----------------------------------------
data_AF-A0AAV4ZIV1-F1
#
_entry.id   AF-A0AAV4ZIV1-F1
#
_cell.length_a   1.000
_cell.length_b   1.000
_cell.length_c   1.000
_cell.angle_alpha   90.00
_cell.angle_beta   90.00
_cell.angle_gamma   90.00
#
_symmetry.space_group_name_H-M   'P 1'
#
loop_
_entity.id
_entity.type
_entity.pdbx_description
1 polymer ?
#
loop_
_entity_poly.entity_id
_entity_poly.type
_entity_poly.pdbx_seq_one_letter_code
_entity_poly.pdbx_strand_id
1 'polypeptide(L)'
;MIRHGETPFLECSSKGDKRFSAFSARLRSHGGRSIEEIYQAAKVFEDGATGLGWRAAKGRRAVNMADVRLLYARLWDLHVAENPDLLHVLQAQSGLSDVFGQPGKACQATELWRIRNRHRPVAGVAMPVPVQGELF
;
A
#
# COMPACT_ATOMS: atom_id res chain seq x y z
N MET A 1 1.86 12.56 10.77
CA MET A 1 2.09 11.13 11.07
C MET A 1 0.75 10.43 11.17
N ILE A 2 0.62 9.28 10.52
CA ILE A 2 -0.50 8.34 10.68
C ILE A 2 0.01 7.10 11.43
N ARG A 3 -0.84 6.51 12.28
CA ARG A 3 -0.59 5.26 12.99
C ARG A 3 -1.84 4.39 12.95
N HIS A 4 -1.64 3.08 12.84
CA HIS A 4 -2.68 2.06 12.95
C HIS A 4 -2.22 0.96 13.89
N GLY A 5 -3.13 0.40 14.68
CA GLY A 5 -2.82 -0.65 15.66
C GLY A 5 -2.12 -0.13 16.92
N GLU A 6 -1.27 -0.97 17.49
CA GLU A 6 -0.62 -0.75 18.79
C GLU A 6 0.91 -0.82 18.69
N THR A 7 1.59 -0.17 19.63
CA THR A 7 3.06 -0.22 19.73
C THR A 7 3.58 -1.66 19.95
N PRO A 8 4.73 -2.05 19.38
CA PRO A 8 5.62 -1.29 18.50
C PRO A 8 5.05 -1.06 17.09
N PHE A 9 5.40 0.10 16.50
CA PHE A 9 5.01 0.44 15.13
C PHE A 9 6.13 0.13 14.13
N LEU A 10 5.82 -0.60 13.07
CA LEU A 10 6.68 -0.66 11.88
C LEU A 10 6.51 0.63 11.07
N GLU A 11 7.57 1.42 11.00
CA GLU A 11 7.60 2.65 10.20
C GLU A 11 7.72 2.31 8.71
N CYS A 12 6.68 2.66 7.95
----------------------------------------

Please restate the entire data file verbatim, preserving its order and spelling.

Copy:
data_AF-A0AAV4ZIV1-F1
#
_entry.id   AF-A0AAV4ZIV1-F1
#
_cell.length_a   1.000
_cell.length_b   1.000
_cell.length_c   1.000
_cell.angle_alpha   90.00
_cell.angle_beta   90.00
_cell.angle_gamma   90.00
#
_symmetry.space_group_name_H-M   'P 1'
#
loop_
_entity.id
_entity.type
_entity.pdbx_description
1 polymer ?
#
loop_
_entity_poly.entity_id
_entity_poly.type
_entity_poly.pdbx_seq_one_letter_code
_entity_poly.pdbx_strand_id
1 'polypeptide(L)'
;MIRHGETPFLECSSKGDKRFSAFSARLRSHGGRSIEEIYQAAKVFEDGATGLGWRAAKGRRAVNMADVRLLYARLWDLHVAENPDLLHVLQAQSGLSDVFGQPGKACQATELWRIRNRHRPVAGVAMPVPVQGELF
;
A
#
# COMPACT_ATOMS: atom_id res chain seq x y z
N MET A 1 1.86 12.56 10.77
CA MET A 1 2.09 11.13 11.07
C MET A 1 0.75 10.43 11.17
N ILE A 2 0.62 9.28 10.52
CA ILE A 2 -0.50 8.34 10.68
C ILE A 2 0.01 7.10 11.43
N ARG A 3 -0.84 6.51 12.28
CA ARG A 3 -0.59 5.26 12.99
C ARG A 3 -1.84 4.39 12.95
N HIS A 4 -1.64 3.08 12.84
CA HIS A 4 -2.68 2.06 12.95
C HIS A 4 -2.22 0.96 13.89
N GLY A 5 -3.13 0.40 14.68
CA GLY A 5 -2.82 -0.65 15.66
C GLY A 5 -2.12 -0.13 16.92
N GLU A 6 -1.27 -0.97 17.49
CA GLU A 6 -0.62 -0.75 18.79
C GLU A 6 0.91 -0.82 18.69
N THR A 7 1.59 -0.17 19.63
CA THR A 7 3.06 -0.22 19.73
C THR A 7 3.58 -1.66 19.95
N PRO A 8 4.73 -2.05 19.38
CA PRO A 8 5.62 -1.29 18.50
C PRO A 8 5.05 -1.06 17.09
N PHE A 9 5.40 0.10 16.50
CA PHE A 9 5.01 0.44 15.13
C PHE A 9 6.13 0.13 14.13
N LEU A 10 5.82 -0.60 13.07
CA LEU A 10 6.68 -0.66 11.88
C LEU A 10 6.51 0.63 11.07
N GLU A 11 7.57 1.42 11.00
CA GLU A 11 7.60 2.65 10.20
C GLU A 11 7.72 2.31 8.71
N CYS A 12 6.68 2.66 7.95